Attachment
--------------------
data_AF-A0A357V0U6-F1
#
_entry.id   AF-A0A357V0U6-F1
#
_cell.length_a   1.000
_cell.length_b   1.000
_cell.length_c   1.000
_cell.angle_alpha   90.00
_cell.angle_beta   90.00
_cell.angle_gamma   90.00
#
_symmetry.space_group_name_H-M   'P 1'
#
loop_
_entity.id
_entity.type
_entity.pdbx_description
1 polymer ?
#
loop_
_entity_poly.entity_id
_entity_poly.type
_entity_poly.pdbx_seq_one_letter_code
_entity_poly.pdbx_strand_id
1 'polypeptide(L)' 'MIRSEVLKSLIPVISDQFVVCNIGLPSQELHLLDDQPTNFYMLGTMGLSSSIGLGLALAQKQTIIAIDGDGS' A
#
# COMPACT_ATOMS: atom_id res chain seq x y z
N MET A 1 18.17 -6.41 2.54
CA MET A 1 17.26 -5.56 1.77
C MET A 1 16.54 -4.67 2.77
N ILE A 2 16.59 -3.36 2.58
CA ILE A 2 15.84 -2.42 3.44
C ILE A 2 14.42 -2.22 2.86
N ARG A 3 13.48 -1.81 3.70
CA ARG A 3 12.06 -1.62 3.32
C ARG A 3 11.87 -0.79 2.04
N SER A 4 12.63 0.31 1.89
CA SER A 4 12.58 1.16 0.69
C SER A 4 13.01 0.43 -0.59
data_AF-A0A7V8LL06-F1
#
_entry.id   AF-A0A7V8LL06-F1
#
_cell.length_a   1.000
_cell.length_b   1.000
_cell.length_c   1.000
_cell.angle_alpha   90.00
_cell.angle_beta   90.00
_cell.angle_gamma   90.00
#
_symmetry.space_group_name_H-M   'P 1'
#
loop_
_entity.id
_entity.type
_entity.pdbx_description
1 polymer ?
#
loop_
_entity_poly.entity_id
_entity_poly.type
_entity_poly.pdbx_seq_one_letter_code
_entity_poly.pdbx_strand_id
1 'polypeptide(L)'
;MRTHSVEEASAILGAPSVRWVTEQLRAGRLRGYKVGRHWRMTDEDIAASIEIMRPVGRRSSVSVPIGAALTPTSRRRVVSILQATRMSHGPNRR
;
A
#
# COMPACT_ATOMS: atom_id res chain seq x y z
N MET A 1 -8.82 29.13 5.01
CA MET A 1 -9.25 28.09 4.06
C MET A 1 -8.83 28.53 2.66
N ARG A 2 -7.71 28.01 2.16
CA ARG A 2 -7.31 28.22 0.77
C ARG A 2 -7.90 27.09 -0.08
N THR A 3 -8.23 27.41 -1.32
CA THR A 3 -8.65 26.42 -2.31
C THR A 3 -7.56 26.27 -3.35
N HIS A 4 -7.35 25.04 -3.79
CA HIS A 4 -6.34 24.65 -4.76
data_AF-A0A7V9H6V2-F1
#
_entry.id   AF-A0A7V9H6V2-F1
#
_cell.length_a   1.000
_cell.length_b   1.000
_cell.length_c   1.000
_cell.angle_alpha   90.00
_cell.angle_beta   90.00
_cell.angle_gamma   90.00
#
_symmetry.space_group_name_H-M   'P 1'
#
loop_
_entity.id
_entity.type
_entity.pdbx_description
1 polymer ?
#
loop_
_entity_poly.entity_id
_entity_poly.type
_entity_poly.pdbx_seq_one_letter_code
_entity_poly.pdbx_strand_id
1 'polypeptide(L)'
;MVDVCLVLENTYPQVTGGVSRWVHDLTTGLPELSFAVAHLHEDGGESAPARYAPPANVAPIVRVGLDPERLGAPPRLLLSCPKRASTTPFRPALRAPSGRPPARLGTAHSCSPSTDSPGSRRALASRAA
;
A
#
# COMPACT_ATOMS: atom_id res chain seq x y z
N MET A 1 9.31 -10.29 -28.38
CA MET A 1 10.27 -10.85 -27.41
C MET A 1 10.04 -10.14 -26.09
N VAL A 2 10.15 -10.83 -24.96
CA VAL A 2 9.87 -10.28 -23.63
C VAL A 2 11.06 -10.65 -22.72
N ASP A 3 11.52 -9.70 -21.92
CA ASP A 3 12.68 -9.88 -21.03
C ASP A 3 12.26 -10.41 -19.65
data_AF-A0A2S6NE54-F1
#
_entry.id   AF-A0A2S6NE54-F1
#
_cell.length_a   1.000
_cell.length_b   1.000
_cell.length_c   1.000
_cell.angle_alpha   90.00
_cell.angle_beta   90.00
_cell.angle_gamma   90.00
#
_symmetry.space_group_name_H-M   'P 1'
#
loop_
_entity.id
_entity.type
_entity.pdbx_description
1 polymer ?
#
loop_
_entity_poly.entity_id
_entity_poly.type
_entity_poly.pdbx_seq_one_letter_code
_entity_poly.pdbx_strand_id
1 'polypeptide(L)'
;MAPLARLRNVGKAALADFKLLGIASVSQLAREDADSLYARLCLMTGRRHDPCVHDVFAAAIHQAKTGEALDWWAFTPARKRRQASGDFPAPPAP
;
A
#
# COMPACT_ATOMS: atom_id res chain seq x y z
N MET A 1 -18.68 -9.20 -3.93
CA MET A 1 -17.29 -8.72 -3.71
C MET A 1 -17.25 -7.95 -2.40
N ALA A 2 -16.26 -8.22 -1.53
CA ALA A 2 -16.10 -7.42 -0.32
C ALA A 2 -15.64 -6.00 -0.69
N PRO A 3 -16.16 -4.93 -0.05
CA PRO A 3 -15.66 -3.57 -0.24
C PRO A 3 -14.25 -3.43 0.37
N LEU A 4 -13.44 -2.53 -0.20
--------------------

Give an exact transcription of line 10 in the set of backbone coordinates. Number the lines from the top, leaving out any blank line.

_cell.angle_gamma   90.00